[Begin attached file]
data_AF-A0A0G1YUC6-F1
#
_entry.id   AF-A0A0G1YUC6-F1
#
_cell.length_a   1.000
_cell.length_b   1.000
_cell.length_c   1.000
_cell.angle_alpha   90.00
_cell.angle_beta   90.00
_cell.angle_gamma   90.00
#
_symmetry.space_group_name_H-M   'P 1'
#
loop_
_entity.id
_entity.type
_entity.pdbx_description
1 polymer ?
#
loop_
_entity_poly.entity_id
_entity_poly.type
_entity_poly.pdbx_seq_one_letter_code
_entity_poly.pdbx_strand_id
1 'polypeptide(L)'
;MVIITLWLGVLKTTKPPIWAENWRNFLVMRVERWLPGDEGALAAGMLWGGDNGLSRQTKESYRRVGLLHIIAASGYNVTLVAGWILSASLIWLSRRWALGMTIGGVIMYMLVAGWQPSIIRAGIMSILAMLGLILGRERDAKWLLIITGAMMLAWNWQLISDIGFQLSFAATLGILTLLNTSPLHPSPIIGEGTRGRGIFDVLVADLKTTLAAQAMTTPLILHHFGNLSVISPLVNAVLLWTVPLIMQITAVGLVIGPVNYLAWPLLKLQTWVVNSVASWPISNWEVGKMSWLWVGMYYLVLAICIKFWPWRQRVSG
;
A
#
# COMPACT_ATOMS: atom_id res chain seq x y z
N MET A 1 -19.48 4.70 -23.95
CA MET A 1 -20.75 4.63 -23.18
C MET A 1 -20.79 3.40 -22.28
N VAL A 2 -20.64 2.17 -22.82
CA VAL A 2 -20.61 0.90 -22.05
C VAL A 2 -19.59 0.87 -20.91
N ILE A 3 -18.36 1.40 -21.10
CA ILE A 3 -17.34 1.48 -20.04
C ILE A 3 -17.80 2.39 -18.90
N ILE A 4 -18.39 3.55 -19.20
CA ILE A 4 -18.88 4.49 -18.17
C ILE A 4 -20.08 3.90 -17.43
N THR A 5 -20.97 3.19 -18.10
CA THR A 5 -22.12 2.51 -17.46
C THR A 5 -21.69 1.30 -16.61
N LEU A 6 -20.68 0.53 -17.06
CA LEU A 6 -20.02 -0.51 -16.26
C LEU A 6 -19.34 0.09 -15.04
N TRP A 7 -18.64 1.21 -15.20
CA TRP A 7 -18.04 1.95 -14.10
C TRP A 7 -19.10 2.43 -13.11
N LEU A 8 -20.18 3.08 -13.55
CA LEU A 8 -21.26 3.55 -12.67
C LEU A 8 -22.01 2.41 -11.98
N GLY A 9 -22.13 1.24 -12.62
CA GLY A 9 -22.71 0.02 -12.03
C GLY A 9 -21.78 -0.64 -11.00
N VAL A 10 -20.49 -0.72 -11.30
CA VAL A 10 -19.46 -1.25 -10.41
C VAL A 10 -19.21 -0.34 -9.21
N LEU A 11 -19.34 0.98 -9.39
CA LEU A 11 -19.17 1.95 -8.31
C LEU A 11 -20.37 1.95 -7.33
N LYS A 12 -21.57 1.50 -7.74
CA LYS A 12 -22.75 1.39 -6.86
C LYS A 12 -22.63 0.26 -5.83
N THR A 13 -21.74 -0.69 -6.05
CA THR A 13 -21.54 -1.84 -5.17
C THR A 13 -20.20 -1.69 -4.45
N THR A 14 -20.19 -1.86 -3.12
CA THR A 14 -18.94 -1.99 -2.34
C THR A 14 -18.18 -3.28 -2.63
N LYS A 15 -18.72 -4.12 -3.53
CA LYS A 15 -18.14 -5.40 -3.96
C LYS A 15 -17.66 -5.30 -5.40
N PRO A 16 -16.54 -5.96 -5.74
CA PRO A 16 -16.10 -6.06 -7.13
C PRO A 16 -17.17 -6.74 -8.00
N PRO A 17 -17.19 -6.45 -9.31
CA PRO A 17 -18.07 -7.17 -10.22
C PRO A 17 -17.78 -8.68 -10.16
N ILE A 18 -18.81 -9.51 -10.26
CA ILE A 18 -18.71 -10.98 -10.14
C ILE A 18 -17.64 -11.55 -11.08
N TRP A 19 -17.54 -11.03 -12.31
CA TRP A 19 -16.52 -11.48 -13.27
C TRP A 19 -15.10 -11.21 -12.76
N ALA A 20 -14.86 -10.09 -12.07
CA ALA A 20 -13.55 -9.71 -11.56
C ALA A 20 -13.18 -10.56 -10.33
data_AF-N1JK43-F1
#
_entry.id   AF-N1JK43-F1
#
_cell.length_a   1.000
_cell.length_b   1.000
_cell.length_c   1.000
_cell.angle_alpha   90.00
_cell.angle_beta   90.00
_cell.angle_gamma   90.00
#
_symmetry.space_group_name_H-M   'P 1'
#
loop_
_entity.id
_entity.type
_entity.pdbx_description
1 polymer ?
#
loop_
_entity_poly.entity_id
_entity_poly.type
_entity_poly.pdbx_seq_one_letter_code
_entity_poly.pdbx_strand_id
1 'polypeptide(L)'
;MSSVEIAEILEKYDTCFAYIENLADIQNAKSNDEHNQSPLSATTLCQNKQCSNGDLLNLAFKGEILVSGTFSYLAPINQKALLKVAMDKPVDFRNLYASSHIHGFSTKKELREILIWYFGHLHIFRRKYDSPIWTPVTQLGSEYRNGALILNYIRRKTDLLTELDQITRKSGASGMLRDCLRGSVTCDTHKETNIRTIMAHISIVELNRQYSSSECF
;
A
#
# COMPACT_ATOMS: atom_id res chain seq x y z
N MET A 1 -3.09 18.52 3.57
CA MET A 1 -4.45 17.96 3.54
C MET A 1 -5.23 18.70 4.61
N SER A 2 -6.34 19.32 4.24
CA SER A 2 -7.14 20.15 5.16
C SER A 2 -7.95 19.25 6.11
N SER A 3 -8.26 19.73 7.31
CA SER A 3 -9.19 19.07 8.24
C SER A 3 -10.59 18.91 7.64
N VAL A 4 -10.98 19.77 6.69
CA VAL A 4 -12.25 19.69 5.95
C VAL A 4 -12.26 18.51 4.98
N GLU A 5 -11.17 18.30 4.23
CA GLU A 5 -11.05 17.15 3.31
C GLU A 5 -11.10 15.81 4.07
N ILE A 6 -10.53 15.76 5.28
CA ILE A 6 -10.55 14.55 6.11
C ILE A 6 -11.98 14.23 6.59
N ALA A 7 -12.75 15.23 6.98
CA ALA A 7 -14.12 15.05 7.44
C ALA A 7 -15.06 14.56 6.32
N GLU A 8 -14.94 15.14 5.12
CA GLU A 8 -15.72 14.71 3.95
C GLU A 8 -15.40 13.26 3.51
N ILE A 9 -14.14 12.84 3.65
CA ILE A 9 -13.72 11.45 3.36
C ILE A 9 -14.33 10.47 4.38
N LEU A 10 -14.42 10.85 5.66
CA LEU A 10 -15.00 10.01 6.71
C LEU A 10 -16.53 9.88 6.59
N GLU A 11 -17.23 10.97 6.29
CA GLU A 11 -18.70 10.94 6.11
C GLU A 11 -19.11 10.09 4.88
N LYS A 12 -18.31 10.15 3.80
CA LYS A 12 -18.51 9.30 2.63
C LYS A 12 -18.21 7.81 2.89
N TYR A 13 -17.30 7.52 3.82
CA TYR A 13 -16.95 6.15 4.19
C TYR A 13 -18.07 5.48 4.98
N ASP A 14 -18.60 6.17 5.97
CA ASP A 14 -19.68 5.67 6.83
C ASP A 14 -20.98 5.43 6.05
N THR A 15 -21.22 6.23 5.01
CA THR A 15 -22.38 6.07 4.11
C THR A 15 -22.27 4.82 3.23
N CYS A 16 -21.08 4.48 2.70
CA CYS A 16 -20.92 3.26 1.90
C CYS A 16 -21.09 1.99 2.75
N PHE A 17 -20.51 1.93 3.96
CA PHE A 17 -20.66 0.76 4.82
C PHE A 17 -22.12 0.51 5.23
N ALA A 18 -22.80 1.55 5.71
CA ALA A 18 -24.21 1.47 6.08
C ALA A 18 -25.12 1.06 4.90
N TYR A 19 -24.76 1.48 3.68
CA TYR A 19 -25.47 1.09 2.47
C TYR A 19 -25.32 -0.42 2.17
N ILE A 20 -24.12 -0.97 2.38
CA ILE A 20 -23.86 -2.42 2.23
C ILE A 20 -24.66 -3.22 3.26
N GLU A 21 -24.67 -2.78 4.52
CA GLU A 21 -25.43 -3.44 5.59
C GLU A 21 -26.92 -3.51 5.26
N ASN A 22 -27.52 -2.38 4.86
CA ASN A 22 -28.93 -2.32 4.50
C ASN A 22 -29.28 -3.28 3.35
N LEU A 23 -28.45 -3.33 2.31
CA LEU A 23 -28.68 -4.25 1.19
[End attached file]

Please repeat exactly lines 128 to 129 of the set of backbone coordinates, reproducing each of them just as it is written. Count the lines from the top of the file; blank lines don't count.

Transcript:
CA SER A 3 -9.19 19.07 8.24
C SER A 3 -10.59 18.91 7.64